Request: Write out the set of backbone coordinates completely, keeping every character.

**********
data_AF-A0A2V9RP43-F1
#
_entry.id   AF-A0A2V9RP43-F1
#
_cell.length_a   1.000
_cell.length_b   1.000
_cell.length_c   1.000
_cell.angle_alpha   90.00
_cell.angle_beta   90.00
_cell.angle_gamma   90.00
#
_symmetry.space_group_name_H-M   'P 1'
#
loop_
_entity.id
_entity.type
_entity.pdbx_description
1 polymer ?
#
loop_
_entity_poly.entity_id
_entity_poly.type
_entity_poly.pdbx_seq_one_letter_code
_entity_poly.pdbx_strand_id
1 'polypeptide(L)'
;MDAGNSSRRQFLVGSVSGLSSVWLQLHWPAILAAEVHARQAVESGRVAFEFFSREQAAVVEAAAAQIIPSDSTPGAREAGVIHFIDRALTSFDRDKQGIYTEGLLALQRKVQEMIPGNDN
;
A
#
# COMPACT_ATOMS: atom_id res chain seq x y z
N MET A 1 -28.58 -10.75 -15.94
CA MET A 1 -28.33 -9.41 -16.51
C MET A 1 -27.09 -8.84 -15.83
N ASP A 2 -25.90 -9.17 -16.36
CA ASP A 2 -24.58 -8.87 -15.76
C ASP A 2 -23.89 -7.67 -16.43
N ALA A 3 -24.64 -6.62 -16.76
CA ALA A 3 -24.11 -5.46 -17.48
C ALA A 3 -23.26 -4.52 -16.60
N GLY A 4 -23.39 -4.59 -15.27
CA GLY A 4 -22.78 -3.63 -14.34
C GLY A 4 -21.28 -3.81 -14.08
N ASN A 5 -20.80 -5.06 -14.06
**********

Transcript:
data_AF-A0A2V9RP43-F1
#
_entry.id   AF-A0A2V9RP43-F1
#
_cell.length_a   1.000
_cell.length_b   1.000
_cell.length_c   1.000
_cell.angle_alpha   90.00
_cell.angle_beta   90.00
_cell.angle_gamma   90.00
#
_symmetry.space_group_name_H-M   'P 1'
#
loop_
_entity.id
_entity.type
_entity.pdbx_description
1 polymer ?
#
loop_
_entity_poly.entity_id
_entity_poly.type
_entity_poly.pdbx_seq_one_letter_code
_entity_poly.pdbx_strand_id
1 'polypeptide(L)'
;MDAGNSSRRQFLVGSVSGLSSVWLQLHWPAILAAEVHARQAVESGRVAFEFFSREQAAVVEAAAAQIIPSDSTPGAREAGVIHFIDRALTSFDRDKQGIYTEGLLALQRKVQEMIPGNDN
;
A
#
# COMPACT_ATOMS: atom_id res chain seq x y z
N MET A 1 -28.58 -10.75 -15.94
CA MET A 1 -28.33 -9.41 -16.51
C MET A 1 -27.09 -8.84 -15.83
N ASP A 2 -25.90 -9.17 -16.36
CA ASP A 2 -24.58 -8.87 -15.76
C ASP A 2 -23.89 -7.67 -16.43
N ALA A 3 -24.64 -6.62 -16.76
CA ALA A 3 -24.11 -5.46 -17.48
C ALA A 3 -23.26 -4.52 -16.60
N GLY A 4 -23.39 -4.59 -15.27
CA GLY A 4 -22.78 -3.63 -14.34
C GLY A 4 -21.28 -3.81 -14.08
N ASN A 5 -20.80 -5.06 -14.06